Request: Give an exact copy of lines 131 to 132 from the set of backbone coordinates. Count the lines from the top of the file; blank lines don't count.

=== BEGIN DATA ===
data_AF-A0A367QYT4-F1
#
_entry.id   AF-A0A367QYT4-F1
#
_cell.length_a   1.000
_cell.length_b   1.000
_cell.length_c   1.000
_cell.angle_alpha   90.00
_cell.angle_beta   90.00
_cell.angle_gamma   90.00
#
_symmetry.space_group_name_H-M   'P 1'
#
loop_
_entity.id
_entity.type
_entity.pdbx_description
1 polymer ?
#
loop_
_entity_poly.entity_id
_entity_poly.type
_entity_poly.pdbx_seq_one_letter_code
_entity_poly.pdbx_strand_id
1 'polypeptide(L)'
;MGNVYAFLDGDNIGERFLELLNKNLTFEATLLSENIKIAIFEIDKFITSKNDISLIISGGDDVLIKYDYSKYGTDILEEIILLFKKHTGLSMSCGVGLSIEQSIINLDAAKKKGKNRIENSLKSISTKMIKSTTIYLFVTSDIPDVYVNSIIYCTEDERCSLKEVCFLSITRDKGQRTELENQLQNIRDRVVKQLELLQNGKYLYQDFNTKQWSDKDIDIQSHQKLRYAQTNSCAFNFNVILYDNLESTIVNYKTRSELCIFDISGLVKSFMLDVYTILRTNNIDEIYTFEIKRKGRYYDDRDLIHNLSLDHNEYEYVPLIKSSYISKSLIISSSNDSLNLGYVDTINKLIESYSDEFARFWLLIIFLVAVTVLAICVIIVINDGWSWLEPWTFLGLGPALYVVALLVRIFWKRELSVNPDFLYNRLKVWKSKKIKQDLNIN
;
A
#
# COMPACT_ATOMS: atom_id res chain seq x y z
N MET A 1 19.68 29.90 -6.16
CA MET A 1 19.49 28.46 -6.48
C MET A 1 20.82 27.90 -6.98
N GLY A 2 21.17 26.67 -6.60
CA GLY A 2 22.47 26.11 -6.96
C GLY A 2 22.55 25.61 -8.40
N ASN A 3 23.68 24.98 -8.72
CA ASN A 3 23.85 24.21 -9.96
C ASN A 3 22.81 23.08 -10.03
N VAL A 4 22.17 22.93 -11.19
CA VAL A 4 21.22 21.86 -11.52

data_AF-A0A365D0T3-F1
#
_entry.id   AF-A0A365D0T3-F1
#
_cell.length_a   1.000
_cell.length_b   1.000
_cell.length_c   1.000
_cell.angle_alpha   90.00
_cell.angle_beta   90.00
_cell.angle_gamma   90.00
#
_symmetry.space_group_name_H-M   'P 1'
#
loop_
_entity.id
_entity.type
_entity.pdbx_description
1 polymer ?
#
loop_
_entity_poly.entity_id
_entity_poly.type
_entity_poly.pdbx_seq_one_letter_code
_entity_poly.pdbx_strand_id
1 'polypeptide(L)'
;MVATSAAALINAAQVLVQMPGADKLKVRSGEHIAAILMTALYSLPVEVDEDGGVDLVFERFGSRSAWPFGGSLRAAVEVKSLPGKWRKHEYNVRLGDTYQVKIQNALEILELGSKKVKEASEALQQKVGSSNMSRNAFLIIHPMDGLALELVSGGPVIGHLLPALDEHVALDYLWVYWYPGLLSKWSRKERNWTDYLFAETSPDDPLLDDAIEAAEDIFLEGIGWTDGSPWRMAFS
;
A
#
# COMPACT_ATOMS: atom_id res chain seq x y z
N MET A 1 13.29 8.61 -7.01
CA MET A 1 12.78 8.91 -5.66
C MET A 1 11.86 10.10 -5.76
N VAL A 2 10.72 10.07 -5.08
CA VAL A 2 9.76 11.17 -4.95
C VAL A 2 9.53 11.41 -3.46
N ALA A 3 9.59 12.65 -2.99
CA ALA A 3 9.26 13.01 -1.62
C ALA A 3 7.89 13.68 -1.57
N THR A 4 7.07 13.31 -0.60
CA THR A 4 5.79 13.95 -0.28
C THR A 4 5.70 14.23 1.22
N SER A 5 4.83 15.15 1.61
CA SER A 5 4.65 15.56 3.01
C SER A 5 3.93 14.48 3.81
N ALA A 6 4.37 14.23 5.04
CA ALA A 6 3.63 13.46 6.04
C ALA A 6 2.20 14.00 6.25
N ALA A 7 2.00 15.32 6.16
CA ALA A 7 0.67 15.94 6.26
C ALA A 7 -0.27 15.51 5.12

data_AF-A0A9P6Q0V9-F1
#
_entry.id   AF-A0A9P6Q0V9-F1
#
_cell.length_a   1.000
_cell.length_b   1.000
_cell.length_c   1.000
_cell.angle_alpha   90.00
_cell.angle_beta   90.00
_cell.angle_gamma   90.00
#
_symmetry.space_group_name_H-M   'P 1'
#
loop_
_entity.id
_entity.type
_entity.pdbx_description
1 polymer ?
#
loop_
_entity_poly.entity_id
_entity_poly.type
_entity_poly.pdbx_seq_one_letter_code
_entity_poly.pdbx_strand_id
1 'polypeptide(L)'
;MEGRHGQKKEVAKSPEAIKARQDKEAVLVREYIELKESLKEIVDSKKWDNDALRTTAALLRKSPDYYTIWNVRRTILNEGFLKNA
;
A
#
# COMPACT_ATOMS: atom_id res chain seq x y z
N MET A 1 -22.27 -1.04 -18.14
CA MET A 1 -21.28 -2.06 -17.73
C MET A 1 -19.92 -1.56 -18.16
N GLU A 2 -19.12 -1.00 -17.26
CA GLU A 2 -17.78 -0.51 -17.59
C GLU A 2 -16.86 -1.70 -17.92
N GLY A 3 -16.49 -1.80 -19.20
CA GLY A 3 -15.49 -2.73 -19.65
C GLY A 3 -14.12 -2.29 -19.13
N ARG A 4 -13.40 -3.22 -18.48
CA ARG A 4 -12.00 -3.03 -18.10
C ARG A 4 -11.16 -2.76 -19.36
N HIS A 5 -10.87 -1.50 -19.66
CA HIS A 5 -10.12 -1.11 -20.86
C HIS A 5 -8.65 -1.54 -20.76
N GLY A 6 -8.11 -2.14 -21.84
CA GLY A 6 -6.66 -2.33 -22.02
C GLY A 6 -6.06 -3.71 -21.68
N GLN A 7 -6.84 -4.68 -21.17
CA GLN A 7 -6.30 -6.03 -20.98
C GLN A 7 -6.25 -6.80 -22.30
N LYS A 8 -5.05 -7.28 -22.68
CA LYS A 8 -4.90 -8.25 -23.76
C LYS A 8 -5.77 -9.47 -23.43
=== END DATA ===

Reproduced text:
C GLY A 3 -14.12 -2.29 -19.13
N ARG A 4 -13.40 -3.22 -18.48